GRECO Report Finds “Very Low Level of Compliance” by Germany on Corruption Prevention for Certain Officials

On August 12, the Council of Europe announced that the Council’s Group of States Against Corruption (GRECO) issued a report with regard to corruption prevention pertaining to members of parliament, judges and prosecutors in Germany.  The report found that Germany had an “overall very low level of compliance” with recommendations that GRECO had made in 2015.

In its 2015 Fourth Round Evaluation Report on Germany, GRECO made eight recommendations concerning corruption prevention pertaining to German members of parliament, judge, and prosecutors.  These recommendations addressed a range of issue including ethical principles and rules of conduct; prohibition or restriction of certain activities; supervision and enforcement; and advice, training, and awareness.  The 2019 report addressed five of those recommendations that were still pending:

  1. Improving Transparency of the Parliamentary Process: GRECO had recommended “that the transparency of the parliamentary process be further improved, e.g. by introducing rules for members of parliament on how to interact with lobbyists and other third parties seeking to influence the parliamentary process.”  GRECO credited Germany with publishing, on the website of ministries, comments received by stakeholders from the private sector and civil society on draft legislation.” It deemed that action “a significant step in improving transparency of the legislative process on side of the Federal Government.”  At the same time, GRECO pointed out “that the recommendation specifically calls for the transparency of the parliamentary process to be improved,” and that a number of the concerns GRECO has outlined in the 2015 Report “remain unaddressed.”  It found that this recommendation “remains partly implemented.”
  2. Conflict of Interest: GRECO had recommended “that a requirement of ad hoc disclosure be introduced when a conflict between specific private interests of individual members of parliament may emerge in relation to a matter under consideration in parliamentary proceedings,” and that that members of parliament “be provided written guidance on this requirement – including definitions and/or types of conflicts of interest – as well as advice on possible conflicts of interests and related ethical questions by a dedicated source of confidential counselling.” It stated that this recommendation has not been implemented since the original recommendation.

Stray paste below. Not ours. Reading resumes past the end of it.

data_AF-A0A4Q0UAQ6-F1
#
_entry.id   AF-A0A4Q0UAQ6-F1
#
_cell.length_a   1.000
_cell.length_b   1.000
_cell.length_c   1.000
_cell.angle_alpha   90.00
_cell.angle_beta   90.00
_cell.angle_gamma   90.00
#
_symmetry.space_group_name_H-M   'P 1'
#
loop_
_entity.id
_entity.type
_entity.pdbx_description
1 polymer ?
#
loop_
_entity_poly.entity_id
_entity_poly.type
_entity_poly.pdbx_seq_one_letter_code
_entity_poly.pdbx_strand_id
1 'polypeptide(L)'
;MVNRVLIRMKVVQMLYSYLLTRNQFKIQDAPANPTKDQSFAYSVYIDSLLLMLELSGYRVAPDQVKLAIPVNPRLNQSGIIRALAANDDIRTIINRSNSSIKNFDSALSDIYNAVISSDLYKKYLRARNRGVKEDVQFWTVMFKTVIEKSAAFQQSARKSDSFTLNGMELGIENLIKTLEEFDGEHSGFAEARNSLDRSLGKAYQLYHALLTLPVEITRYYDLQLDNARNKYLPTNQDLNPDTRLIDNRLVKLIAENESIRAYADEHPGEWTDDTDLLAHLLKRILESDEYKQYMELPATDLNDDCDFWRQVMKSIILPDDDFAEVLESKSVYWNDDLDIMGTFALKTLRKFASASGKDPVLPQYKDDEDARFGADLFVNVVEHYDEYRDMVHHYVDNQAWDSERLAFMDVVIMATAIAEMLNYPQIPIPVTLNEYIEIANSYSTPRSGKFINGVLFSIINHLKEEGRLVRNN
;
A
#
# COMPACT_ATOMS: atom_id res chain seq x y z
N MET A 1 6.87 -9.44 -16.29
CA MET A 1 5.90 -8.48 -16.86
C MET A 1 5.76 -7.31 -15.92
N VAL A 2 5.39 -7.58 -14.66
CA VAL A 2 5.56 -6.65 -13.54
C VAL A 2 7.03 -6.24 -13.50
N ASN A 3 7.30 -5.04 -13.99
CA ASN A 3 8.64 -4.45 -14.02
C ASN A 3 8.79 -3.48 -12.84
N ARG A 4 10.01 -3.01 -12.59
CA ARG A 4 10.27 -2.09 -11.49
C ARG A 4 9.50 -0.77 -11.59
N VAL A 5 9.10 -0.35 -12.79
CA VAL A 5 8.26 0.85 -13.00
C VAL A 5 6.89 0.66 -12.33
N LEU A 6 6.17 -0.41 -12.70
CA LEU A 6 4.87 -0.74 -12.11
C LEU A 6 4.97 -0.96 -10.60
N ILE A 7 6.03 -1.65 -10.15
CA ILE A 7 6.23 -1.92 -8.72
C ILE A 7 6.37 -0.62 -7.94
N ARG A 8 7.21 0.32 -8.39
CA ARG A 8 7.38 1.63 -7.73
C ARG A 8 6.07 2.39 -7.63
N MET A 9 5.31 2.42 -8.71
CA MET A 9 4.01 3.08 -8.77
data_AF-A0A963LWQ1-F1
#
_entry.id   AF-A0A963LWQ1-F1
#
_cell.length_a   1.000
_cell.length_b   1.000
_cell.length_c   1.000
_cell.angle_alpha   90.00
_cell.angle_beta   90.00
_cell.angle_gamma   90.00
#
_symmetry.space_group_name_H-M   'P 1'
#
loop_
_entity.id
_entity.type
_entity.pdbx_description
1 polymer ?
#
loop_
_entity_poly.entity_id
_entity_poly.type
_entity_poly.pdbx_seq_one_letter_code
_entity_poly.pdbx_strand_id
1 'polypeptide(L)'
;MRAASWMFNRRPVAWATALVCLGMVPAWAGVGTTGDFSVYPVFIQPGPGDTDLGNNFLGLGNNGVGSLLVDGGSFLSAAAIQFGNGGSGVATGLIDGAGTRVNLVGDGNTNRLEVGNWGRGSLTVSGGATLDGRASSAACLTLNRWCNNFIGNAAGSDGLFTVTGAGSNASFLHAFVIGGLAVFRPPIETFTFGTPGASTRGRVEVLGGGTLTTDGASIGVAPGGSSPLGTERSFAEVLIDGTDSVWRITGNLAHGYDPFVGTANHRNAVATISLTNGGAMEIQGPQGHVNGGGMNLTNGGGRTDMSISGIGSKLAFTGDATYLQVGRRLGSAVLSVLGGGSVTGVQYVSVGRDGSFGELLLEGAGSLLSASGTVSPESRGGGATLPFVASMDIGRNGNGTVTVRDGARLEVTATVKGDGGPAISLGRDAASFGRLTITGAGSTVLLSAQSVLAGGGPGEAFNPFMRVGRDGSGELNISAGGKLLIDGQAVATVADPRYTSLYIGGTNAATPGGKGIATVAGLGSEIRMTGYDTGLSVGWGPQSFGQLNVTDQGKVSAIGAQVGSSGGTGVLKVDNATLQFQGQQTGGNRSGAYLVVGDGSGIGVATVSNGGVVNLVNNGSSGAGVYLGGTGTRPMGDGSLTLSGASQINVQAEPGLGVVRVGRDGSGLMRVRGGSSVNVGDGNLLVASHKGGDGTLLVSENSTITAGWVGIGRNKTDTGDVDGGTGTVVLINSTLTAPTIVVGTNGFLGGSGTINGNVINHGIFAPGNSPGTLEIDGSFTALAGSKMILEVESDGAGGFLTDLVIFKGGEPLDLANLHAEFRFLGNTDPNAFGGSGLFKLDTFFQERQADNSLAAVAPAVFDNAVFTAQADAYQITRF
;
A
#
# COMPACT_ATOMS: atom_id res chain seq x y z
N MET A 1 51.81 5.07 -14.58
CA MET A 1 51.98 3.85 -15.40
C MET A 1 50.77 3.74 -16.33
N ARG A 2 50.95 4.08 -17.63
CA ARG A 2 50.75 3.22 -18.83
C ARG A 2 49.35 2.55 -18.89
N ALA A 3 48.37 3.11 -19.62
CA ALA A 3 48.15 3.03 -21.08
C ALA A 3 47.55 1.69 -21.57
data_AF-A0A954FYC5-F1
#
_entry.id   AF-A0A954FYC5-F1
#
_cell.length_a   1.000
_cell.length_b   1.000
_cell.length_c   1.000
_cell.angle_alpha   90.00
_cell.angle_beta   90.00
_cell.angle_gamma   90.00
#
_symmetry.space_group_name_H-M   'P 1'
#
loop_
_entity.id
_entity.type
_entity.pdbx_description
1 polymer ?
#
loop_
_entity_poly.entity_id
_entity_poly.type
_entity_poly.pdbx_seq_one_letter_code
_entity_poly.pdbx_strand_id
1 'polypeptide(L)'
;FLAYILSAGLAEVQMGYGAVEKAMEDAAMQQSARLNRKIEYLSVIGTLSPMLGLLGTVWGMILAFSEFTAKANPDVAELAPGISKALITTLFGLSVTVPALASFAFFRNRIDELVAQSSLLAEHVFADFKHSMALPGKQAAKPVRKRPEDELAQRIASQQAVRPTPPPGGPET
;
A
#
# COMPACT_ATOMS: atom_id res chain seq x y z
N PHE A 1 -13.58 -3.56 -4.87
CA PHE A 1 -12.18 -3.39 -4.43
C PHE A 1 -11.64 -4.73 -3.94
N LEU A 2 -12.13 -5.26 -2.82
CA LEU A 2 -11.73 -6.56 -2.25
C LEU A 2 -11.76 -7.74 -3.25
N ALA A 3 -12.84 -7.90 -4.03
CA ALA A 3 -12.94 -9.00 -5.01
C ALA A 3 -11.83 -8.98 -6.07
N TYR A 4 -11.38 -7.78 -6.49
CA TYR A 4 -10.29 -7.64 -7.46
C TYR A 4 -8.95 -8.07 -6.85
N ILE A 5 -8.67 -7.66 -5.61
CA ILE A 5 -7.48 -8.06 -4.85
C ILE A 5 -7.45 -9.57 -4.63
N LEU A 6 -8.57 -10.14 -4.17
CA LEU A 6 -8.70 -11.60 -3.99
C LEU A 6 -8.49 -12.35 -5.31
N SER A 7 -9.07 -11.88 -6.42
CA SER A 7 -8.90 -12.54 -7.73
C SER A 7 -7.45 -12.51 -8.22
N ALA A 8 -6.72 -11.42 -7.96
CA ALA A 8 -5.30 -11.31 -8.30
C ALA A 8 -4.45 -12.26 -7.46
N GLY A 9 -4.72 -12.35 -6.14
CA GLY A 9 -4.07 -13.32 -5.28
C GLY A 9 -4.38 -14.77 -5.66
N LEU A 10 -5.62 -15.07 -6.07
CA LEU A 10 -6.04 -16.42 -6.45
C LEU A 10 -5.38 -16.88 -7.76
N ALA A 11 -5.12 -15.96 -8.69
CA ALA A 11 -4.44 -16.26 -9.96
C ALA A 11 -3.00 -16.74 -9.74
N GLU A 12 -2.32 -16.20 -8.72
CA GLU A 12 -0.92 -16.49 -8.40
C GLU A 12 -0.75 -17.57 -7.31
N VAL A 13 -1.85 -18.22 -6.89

3. Declarations of Interest: GRECO had recommended that “the existing regime of declarations of interests be reviewed in order to extend the categories of information to be disclosed,” and that “that consideration be given to widening the scope of the declarations to also include information on spouses and dependent family members.” It recognized, in a more extensive analysis, that several parts of the recommendation had been implemented, but that overall the recommendation remains partly implemented.
  4. Supervision and Enforcement: GRECO had recommended that “appropriate measures be taken to ensure effective supervision and enforcement of the current and future declaration requirements, rules on conflicts of interest and other rules of conduct for members of parliament . . . .”
  5. Transparency in Judges’ Secondary Activities: GRECO had recommended that “appropriate measures be taken with a view to enhancing the transparency and monitoring of secondary activities of judges.” It noted that the German Court of Audit had reviewed secondary activities at one high-level federal court, and that that court “improved its monitoring of secondary activities where necessary.”  It also approved of the adoption of a new code of conduct for justices of the Federal Constitutional Court, and the publication of  a new code of conduct has been adopted and that information on income received as a result of attending events or contributing to publications by justices of the Federal Constitutional Court.  As those improvements were restricted to two federal courts, GRECO concluded that the recommendation remains partly implemented.

GRECO concluded that, notwithstanding positive steps that Germany had taken with regard to some of the recommendations, “the overall very low level of compliance with the recommendations is ‘globally unsatisfactory’” within the meaning of Rule 31 of GRECO’s Rules of Procedure.  Accordingly, it asked the Head of the German delegation to GRECO to provide a report on the progress in implementing the pending recommendations no later than June 30, 2020.

Note: Germany is far from the only GRECO Member State that has been slow to implement GRECO’s recommendations.  In its most recent Annual Report, GRECO reportedly “identified a number of gaps in several countries,” including “the need for codes of conduct for ministers and other top executive functions, lobbying, managing of conflicts of interest, asset declarations, immunities and ‘revolving doors’.”  It also expressed its regret that 14 Member States, including Germany, had not yet ratified the Council of Europe’s Civil Law Convention on Corruption “despite its importance for the public, private and not-for-profit sectors in ensuring effective remedies in domestic law for people who have suffered damage as a result of acts of corruption.”

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